I believe in supporting the effort to understand these complex processes rather than, as some do, claiming that science can never tell you how to treat your mother-in-law. It may be true, but we can’t know that, and such phrases impede progress by reducing interest and funding and polarizing what I view as a false and unnecessary conflict between philosophy and science. It’s all science β€” the rules of which are governed by philosophy β€” which are partly justified by previous science. One group of questions requires working with sets of data that are less understood and thus are more suited to a science heavy in thought experiments (philosophy). The other group is a traditional science that needs more traditional experiments. That’s why natural philosophy became science in the first place and why every discipline that is now a science once started as a philosophy (which was originally rooted in primitive observations of various consistencies in nature β€” early science). We have more data in some areas (what most people think of as science) but more gaps remain than we started with (philosophy is the science of those gaps). We also carry out traditionally philosophical thought experiments in many scientific endeavors β€” which further-illustrates the overlap. Maybe someone should push to change the terms from philosophy and science to something else. Something like philosophical science (different from the philosophy of science which defines and constrains what science is and how it should be employed) and hard or practical science. I’m sure some alternative definitions already exists but I haven’t Googled it.

This understanding is important in our discussions because, in my opinion, religion also falls under the philosophy/science umbrellas, often on the science side. Religion is a hypothesis about reality to which we are applying reason (as we understand it) to evaluate the outcomes of the many tests and experiments of our lives in order to come to a conclusion about that hypothesis. Many of us start this assessment of the religious hypothesis from childhood β€” which means the processes we use are often not up-to-date with the latest advances in science (e.g. the benefit of skepticism in coming to objectively true beliefs, evolved problems with the way our mind interprets the input it receives, non-intuitive mental fallacies, our submission to authority’s beliefs, etc.). Religious beliefs are arrived at and perpetuated through continuous refinement of thought experiments, everyday subconscious experiments, and occasional physical experiments. In each of these tests we use the data we gleaned from the results of our previous tests. And in each test we only apply the principles of science we know and trust. Unless we’ve trained in meta-cognition or learned formal science, all this usually happens subconsciously. This makes the fact that we start this process from childhood β€” completely subject to our evolutionary mental tendencies and without the lessons that the latest scientific understandings can teach us about how to reason well in spite of our evolved-for-survival-not-truth nature β€” especially difficult. However, the process we use to come to our present religious views is often very much a scientific one. We are just, unfortunately, likely to follow different rules from the traditional “philosophy-approved” rules of science (we tend to follow our flawed natural tendencies instead of the formal rules of science). If one is scientifically literate and faithfully applies that science to their religious belief, their religious belief is a scientific one (to the extent that they do apply proper science to it). Either way, religious belief is scientific belief (hypothesis, test, conclusion), it’s just sometimes bad science (pseudoscience) because certain claims are unfalsifiable or we apply inappropriate confidences to conclusions arrived at by incorrect means (e.g. not correcting for error, randomness, confirmation bias, pattern matching, etc.). It doesn’t have to be pseudoscience, however. For example, many astrophysicists may have a religious view of nature as God without committing pseudoscientific errors.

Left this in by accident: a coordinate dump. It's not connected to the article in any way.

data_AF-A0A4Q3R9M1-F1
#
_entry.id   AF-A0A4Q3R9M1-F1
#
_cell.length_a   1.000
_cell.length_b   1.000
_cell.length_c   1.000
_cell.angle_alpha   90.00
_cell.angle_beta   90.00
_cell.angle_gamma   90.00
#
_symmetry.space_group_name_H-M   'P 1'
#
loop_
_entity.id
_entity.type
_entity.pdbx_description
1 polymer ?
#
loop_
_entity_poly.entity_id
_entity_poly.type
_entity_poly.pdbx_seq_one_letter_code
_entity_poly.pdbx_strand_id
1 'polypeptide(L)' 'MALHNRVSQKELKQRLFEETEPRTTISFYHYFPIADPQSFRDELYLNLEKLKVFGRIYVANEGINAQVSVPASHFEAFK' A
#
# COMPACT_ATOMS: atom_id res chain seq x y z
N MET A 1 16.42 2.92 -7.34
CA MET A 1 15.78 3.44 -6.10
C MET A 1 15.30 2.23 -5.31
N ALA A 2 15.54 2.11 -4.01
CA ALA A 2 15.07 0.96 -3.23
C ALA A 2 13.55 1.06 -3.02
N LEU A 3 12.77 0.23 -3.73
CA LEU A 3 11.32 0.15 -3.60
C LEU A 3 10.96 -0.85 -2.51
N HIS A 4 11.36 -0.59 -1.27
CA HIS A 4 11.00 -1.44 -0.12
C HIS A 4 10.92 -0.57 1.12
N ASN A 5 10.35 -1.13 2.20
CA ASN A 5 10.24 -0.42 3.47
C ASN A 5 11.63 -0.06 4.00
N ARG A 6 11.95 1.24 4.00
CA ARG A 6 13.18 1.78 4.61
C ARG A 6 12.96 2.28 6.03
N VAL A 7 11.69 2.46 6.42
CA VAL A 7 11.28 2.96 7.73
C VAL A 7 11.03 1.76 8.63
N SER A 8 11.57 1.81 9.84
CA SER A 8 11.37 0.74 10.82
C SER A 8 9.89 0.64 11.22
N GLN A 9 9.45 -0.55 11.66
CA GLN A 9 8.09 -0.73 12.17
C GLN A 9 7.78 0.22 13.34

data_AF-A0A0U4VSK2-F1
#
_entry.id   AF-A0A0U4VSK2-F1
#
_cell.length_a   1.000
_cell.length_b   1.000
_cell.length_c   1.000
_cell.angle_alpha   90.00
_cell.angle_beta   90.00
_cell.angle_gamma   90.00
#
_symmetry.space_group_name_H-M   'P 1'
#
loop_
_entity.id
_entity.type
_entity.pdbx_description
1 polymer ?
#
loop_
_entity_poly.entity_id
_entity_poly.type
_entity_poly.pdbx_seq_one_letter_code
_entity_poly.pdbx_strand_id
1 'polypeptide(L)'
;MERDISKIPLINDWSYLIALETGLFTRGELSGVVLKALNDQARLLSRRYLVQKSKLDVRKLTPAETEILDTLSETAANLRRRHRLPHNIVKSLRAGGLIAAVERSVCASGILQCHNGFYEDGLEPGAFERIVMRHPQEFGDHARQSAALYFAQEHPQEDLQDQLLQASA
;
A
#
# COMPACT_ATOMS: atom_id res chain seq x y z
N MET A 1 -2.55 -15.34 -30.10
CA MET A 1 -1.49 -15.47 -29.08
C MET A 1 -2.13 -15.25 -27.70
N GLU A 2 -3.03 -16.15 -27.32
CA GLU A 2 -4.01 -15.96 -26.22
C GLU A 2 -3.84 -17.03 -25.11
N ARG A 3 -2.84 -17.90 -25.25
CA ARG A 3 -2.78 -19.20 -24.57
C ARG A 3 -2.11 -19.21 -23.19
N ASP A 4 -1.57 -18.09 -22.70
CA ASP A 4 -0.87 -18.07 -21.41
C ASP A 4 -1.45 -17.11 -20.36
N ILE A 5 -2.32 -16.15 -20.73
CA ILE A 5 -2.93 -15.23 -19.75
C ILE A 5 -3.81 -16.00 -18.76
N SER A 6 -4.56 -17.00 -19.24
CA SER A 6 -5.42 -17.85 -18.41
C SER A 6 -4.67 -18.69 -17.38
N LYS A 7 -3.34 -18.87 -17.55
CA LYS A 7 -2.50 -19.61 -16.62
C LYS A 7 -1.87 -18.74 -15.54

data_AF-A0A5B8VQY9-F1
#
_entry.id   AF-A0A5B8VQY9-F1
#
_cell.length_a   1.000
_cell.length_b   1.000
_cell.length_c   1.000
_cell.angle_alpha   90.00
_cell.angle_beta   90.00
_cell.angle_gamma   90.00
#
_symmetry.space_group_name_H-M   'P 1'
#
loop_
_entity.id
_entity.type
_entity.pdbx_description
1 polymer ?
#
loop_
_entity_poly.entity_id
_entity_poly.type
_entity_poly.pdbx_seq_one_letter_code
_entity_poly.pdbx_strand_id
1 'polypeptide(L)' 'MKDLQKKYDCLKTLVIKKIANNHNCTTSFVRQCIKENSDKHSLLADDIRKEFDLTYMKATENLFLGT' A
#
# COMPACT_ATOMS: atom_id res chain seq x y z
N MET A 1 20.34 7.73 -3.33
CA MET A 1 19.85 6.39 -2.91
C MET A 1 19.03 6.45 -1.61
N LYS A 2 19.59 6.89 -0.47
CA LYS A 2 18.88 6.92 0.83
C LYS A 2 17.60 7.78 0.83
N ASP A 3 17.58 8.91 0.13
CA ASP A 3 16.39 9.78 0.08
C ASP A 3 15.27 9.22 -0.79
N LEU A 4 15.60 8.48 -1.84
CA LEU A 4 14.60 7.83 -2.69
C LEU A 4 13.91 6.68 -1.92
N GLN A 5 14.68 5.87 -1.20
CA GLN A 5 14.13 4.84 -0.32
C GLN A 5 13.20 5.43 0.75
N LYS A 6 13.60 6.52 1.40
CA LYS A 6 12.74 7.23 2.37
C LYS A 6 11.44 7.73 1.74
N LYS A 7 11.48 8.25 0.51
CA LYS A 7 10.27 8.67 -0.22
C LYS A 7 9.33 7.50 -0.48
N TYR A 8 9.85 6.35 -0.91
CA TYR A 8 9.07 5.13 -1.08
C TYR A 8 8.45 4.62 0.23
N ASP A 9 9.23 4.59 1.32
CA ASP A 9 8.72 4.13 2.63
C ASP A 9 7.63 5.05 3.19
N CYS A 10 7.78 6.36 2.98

Forgive me for this long mess of an email. I’m on my phone and was just typing what came to me quickly (lunch break). I started this email to share this article with you, but I thought I should say something to introduce it. What I’ve said so far doesn’t really do that. My ideas about philosophy and science are my own (which is a strong indication that they probably aren’t correct, but until I change them, explaining them might help you understand me when this topic comes up) and they are not discussed in the article. The article is a good read, though, and the book it promotes looks very interesting.


Gentleness and respect,
β€”Russell

10 comments

    1. I’m glad to see you back – – you mentioned that you’re working more and I hope that balance is returning. I’m thankful that you have the work, but understand all too well the competition for time with family and correspondents. So – – welcome again.

      I’m chewing on your comment before I reply to Russell. Will science give us the tool to personally answer if consequentialism is “good” beyond its expediency in advancing our genes in reciprocal altruism? I don’t know. But science did give us the ability to understand why seemingly contradictory aims (selfish gene vs. benefit of others) might not contradict.

      I’ll likely settle on the conjunction and. We need science and philosophy. The choice of or projects an unnecessary dichotomy.

      Liked by 2 people